Data quality in the real world

If you work in data quality long enough you’ll meet detractors of data quality software. The viewpoint in this camp is that poor quality data should be driven out at the time of design, not retrospectively detected and fixed. They perceive data quality tools as a costly overhead, something that is superfluous in a well-designed information landscape.

In a perfect world, perfectly designed systems would have defect prevention built in. All of the various design authorities would share the same vision for absolute quality management and developers would follow a strict "data quality rule book" and never create code that allowed defects to emerge. Read More »

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The ethics of algorithmic regulation

In my last three posts on data ethics, I explored a few of the ethical dilemmas in our data-driven world. From examining the ethical practices of free internet service providers to the problem of high-frequency trading, I’ve come to realize the depth and complexity of these issues. Anyone who's aware of these issues would want to seek answers. Some have suggested government intervention, but is it even possible for governments to regulate such fast moving and rapidly evolving technology?

Evgeny Morozov, author of the book To Save Everything, Click Here: The Folly of Technological Solutionism, recently wrote an interesting Guardian article, The Rise of Data and the Death of Politics, that explored the ethical implications of the new data-driven approach to governance known as algorithmic regulation. Read More »

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What is reference data?

The question in the title of this blog post seems sort of unnecessary, right? Everybody knows what reference data is, so it may seem silly to try to define it. Yet the very presumption of ubiquitous understanding of the concept of reference data hides one of its biggest challenges: although we all think we understand reference data, few organizations have specific roles assigned for accountability over it.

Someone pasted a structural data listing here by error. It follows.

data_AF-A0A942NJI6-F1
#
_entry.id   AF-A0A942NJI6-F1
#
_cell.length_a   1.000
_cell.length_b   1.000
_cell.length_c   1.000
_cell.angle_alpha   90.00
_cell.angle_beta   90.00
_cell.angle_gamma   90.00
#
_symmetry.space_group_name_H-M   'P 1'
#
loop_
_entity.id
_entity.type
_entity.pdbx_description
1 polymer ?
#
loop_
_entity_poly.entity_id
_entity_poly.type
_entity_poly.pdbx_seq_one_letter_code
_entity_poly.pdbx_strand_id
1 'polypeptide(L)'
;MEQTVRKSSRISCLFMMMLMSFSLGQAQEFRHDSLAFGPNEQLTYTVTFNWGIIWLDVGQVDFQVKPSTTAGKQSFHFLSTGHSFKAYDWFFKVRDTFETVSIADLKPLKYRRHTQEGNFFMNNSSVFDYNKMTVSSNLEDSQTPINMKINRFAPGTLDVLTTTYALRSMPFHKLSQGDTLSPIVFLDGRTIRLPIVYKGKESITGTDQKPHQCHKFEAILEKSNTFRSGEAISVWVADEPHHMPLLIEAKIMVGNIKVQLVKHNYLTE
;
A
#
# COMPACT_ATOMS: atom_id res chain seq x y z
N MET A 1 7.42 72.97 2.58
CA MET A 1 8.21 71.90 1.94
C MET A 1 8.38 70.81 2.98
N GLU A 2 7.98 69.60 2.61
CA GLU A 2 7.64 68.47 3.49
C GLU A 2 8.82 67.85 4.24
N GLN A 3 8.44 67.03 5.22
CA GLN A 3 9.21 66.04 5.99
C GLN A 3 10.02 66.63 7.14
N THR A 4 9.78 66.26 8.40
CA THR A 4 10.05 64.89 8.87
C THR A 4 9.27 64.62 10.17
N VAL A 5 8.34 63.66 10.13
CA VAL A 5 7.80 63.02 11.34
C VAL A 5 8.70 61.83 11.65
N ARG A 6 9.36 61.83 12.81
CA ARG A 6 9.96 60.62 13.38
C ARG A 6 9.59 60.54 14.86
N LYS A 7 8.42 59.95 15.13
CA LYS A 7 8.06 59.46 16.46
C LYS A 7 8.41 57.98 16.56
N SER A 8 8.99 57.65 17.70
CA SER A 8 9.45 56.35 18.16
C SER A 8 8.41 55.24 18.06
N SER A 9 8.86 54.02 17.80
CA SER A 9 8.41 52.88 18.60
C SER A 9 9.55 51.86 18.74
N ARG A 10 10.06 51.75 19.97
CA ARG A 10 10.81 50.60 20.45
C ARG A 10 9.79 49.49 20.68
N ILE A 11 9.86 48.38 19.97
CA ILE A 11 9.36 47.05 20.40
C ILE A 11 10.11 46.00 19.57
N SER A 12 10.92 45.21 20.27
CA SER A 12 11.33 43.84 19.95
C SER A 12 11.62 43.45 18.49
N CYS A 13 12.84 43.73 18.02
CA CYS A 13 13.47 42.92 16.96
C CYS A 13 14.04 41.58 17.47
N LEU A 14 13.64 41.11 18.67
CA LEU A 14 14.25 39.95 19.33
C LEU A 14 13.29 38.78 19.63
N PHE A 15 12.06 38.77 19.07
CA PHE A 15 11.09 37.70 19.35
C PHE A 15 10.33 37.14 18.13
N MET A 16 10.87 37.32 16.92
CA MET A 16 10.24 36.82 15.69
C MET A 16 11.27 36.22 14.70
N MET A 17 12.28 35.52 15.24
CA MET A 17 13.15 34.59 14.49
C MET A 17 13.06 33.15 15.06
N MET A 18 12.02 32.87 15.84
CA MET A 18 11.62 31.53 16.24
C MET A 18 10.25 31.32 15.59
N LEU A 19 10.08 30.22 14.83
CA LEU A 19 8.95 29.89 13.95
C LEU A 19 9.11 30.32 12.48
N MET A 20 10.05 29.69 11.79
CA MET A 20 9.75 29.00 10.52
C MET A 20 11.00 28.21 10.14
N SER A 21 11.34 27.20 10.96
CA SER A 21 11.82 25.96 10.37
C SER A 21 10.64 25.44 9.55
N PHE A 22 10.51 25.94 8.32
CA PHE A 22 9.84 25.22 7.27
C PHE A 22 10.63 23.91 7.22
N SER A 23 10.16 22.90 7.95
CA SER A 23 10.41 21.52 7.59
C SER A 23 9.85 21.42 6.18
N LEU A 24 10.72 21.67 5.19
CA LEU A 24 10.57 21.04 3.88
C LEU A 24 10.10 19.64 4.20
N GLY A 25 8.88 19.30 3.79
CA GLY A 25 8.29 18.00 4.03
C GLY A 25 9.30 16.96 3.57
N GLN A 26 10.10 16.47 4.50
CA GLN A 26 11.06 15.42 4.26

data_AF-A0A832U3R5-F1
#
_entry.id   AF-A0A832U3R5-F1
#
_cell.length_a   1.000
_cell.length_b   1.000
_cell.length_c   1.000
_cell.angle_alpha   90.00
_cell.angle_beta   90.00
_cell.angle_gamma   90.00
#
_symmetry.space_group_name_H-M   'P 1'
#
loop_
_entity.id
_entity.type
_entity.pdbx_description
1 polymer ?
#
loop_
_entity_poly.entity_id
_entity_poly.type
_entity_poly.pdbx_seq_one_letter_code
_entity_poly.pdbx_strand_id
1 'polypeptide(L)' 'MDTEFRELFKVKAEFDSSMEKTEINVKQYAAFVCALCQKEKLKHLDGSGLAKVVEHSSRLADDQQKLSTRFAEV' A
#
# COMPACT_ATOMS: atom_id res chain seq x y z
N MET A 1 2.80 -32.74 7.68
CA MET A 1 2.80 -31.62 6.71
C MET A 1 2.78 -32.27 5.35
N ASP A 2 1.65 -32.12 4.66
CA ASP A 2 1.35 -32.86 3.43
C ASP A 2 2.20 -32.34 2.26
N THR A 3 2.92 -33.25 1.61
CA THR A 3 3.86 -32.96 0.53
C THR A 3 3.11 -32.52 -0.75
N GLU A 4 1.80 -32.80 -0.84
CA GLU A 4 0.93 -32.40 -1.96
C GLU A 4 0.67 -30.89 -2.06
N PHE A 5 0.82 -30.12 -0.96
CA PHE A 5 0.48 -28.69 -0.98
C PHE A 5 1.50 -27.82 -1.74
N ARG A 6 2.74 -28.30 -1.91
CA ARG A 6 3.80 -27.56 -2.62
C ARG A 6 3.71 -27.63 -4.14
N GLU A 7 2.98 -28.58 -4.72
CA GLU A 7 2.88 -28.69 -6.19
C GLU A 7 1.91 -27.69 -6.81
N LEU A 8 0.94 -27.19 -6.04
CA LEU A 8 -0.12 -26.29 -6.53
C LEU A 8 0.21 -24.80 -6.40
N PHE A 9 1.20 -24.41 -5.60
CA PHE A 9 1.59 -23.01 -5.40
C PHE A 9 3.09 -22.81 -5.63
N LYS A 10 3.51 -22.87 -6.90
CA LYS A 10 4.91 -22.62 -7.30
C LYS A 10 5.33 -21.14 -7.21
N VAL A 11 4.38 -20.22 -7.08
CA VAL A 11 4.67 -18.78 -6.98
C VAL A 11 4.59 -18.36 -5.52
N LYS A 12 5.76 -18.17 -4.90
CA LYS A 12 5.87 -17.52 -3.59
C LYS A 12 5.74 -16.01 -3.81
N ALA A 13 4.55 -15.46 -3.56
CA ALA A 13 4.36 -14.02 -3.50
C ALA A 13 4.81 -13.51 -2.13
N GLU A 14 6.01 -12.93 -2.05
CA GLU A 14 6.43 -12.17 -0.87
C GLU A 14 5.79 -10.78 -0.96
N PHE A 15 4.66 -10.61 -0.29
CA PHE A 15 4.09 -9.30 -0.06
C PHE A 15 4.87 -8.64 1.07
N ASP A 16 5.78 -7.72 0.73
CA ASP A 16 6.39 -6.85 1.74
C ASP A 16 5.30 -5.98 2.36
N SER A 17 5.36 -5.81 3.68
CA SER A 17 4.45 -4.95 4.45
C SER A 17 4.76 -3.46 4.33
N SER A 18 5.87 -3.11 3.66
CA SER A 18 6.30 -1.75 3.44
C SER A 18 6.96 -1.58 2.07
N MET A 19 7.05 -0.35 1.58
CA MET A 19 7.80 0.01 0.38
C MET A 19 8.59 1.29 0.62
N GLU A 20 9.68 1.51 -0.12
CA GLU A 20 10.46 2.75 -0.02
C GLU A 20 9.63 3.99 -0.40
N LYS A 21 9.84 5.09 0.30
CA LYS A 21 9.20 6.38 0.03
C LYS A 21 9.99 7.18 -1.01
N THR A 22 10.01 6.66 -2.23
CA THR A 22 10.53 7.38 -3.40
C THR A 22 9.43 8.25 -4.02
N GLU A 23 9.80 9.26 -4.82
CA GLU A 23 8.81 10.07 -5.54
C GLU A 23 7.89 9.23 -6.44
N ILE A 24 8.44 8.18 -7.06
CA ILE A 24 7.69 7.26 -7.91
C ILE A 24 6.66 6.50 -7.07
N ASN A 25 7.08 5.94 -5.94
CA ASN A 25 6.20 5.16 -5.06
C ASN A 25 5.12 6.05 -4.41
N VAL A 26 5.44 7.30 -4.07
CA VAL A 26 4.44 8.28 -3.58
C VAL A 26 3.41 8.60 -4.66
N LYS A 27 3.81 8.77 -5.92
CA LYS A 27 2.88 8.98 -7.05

The result is that there is no control over reference data, leading to numerous teams and projects creating, redefining and reinterpreting the semantics of enumerations of values under the rubric of “reference data.” The absence of coordination and enterprise control becomes an issue down the pike when data sets from different sources are brought together, and the differences in reference data values pose difficulties in data integration and consolidation.

To be able to assert control, then, we might start with a definition of reference data so those data sets can be segregated from ones that are directly “owned” within an operational domain or business function. At his reference data portal website, Malcolm Chisholm defines reference data:

"Reference data is any kind of data that is used solely to categorize other data found in a database, or solely for relating data in a database to information beyond the boundaries of the enterprise." Read More »

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How to keep your data migration project on the rails

Why do so many data migration projects fall off the rails? I’ve been asked this question a lot and whilst there are lots of reasons, perhaps the most common is a bias towards finding the wrong kind of data quality gaps.

Projects often tear off at breakneck speed, validating and cleansing all manner of data quality problems, without really understanding the big-picture issues that can call into question the entire migration strategy.

Why does this problem persist? Read More »